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Heart and Humor: Me and Earl and the Dying Girl

Just when you think you’ve seen all the variations on young love, teenage misfits, and off-kilter relationships, along comes a film that’s fresh, original and touching. No wonder Me and Earl and the Dying Girl earned both the Grand Jury Prize and the Audience Award at this year’s Sundance Film Festival. Jesse Andrews adapted his own novel for the screen, which has been brought to life with equal parts empathy and whimsy by director Alfonso Gomez-Rejon. (Is it coincidental that this empathetic film about young people is set in Pittsburgh, which also inspired Stephen Chbosky’s novel and film Perks of Being a Wallflower?)

From the opening first-person narration—illustrated with clay animation—to a parade of movie parodies made by the protagonist and his “co-worker” Earl, Me and Earl marches to its own distinctive drum.

Me and Early and the Dying Girl-1

Photo by Anne Marie Fox – Courtesy of Fox Searchlight

Thomas Mann plays Greg, the protagonist/narrator who explains that he has found a way to fit in with all the subcultures at his suburban high school by maintaining glib, superficial “relationships” with these disparate groups and individuals. But Greg’s character is only fooling himself, because he has no real friends except Earl (RJ Cyler), a boy from the wrong side of the tracks who helps him make clever home movies that they put on a shelf and never show anyone.

Then Greg’s mother (the always-solid Connie Britton) hears that a girl in his class named Rachel (Olivia Cooke) has been diagnosed with leukemia and insists that Greg hang out with her. He doesn’t want to, and she doesn’t welcome his forced attention, but as they reluctantly spend time together a real friendship blossoms. She values his wit and empathy, and he enjoys her humor and good company, in spite of the pain she’s enduring.

This basic outline is fleshed out with interesting and offbeat characters, including Greg’s kooky father, a professor who never leaves the house and wears eccentric outfits (Nick Offerman), a simpatico schoolteacher (Jon Bernthal) who gives Greg and Earl privacy and encouragement in his office lair, and Rachel’s mother (Molly Shannon), whose emotions are right on the surface, liable to overflow at any given moment.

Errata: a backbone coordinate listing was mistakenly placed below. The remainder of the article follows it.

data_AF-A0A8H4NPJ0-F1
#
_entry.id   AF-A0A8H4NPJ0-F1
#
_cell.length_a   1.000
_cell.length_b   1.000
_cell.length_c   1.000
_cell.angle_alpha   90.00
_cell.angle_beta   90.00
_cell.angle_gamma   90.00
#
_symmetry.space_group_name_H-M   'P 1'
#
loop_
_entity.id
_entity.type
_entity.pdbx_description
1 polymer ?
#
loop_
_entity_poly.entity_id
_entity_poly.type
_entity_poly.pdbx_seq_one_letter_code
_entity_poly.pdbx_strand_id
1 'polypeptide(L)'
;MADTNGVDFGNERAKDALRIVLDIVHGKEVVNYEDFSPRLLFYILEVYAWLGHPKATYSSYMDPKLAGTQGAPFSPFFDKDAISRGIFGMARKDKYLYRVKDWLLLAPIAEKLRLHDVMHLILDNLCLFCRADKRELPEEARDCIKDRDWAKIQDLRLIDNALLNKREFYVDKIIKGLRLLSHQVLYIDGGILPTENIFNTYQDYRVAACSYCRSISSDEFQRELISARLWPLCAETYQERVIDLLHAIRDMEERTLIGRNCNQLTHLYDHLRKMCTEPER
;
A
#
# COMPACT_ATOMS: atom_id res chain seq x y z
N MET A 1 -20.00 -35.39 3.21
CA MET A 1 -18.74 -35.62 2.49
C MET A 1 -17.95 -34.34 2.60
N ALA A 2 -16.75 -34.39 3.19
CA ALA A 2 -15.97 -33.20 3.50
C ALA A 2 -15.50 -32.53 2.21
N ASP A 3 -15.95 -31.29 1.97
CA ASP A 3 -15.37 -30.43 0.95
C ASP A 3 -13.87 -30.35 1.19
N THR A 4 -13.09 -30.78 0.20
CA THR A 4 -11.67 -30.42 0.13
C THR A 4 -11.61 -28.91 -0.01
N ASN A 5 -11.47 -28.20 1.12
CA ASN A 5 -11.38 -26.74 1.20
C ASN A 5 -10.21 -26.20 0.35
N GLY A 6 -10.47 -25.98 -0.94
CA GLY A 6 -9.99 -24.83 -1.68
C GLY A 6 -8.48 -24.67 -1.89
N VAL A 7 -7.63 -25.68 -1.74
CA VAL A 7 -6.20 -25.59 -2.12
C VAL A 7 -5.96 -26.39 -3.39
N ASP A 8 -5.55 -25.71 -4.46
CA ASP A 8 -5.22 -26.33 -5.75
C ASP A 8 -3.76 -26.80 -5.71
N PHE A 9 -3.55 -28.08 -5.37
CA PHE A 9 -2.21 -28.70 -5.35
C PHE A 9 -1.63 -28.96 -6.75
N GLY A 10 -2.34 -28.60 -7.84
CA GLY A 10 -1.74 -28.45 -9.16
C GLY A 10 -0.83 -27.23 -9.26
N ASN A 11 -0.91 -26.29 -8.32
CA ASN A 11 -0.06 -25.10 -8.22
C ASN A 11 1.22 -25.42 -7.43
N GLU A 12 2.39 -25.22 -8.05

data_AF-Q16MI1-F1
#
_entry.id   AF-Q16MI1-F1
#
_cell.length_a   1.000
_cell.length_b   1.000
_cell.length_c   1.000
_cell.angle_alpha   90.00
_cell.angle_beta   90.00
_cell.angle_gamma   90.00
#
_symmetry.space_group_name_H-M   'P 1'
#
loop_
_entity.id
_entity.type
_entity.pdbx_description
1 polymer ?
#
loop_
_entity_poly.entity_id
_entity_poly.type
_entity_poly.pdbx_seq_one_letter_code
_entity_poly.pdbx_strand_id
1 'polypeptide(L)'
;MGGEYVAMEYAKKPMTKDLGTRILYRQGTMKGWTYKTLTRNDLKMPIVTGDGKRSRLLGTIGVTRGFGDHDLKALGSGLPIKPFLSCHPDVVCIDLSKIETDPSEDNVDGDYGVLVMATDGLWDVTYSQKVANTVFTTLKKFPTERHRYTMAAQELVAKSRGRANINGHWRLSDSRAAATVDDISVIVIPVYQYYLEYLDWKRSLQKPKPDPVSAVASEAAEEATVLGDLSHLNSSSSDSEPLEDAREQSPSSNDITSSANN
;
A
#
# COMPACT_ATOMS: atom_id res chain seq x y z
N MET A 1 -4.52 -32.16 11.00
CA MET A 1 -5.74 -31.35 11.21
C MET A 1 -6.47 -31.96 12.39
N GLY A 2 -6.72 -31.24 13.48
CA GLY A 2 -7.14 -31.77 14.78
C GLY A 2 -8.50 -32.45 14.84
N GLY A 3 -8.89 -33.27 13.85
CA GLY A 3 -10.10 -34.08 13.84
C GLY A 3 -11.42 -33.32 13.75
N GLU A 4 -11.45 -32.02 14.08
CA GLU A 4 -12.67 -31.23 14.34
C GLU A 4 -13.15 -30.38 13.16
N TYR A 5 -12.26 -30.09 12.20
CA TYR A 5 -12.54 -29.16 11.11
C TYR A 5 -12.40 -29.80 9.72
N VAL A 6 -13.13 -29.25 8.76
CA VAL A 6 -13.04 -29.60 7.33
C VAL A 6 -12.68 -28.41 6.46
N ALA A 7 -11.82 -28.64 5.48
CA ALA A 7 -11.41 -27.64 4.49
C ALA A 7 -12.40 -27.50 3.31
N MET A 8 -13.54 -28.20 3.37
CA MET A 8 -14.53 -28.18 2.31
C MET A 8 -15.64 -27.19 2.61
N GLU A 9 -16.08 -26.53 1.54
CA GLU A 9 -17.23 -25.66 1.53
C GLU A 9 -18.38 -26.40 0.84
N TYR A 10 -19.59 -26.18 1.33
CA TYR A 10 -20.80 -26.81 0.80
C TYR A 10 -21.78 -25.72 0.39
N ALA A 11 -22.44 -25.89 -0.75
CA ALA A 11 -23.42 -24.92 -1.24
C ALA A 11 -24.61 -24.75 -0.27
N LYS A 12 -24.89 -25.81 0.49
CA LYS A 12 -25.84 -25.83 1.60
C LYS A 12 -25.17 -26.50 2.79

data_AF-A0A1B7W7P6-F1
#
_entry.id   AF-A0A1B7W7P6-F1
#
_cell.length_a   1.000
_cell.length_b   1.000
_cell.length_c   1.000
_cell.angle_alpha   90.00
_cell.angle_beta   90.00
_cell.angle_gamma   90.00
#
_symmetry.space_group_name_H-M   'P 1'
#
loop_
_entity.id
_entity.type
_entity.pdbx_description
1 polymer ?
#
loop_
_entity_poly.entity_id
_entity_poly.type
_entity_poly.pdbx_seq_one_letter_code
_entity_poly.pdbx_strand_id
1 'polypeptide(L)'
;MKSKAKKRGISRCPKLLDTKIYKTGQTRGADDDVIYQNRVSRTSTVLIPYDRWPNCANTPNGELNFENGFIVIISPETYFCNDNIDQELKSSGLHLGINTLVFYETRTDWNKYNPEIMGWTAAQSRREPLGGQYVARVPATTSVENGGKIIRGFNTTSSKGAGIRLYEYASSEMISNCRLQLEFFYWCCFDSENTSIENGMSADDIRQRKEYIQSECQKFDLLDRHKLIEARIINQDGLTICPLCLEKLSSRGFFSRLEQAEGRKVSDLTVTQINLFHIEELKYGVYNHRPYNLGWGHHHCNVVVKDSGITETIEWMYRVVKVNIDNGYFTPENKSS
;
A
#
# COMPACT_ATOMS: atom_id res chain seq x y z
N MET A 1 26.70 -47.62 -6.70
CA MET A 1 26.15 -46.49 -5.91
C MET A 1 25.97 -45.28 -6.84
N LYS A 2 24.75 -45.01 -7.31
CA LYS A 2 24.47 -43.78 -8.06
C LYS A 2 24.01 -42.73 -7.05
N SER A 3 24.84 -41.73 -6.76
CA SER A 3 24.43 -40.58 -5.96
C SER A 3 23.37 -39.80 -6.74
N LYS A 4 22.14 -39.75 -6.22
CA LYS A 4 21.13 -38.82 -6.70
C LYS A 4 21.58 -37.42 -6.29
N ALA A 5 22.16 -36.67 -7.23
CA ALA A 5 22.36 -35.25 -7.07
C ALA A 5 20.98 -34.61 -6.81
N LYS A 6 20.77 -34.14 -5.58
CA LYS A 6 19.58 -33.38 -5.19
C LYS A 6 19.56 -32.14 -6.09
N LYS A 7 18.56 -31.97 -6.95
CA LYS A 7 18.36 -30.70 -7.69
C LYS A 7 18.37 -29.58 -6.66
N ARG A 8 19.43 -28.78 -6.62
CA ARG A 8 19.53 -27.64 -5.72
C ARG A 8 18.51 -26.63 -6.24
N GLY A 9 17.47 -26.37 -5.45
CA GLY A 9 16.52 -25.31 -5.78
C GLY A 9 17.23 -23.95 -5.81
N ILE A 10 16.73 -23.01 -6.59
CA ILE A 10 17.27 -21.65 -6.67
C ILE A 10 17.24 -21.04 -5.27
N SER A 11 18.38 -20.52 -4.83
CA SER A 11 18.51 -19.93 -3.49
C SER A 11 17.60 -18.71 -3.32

The quirky tone of the film is perfectly supported by its innovative visuals, including Chung-hoon Chung’s cinematography and the music by Brian Eno and Nico Muhly. Everything is perfectly orchestrated in this poignant film; nothing seems arbitrary or out of place. That’s a rare achievement for a team of young filmmakers and all the more reason to celebrate Me and Earl and the Dying Girl.

Leonard Maltin is one of the world’s most respected film critics and historians. He is best known for his widely-used reference work Leonard Maltin’s Movie Guide and its companion volume Leonard Maltin’s Classic Movie Guide, now in its third edition, as well as his thirty-year run on television’s Entertainment Tonight. He teaches at the USC School of Cinematic Arts and appears regularly on Reelz Channel and Turner Classic Movies. His books include The 151 Best Movies You’ve Never Seen, Of Mice and Magic: A History of American Animated Cartoons, The Great Movie Comedians, The Disney Films, The Art of the Cinematographer, Movie Comedy Teams, The Great American Broadcast, and Leonard Maltin’s Movie Encyclopedia. He served two terms as President of the Los Angeles Film Critics Association, is a voting member of the National Film Registry, and was appointed by the Librarian of Congress to sit on the Board of Directors of the National Film Preservation Foundation. He hosted and co-produced the popular Walt Disney Treasures DVD series and has appeared on innumerable television programs and documentaries. He has been the recipient of awards from the American Society of Cinematographers, the Telluride Film Festival, Anthology Film Archives, and San Diego’s Comic-Con International. Perhaps the pinnacle of his career was his appearance in a now-classic episode of South Park. (Or was it Carmela consulting his Movie Guide on an episode of The Sopranos?) He holds court at leonardmaltin.com. Follow him on Twitter and Facebook; you can also listen to him on his weekly podcast: Maltin on Movies. — [Artwork by Drew Friedman]

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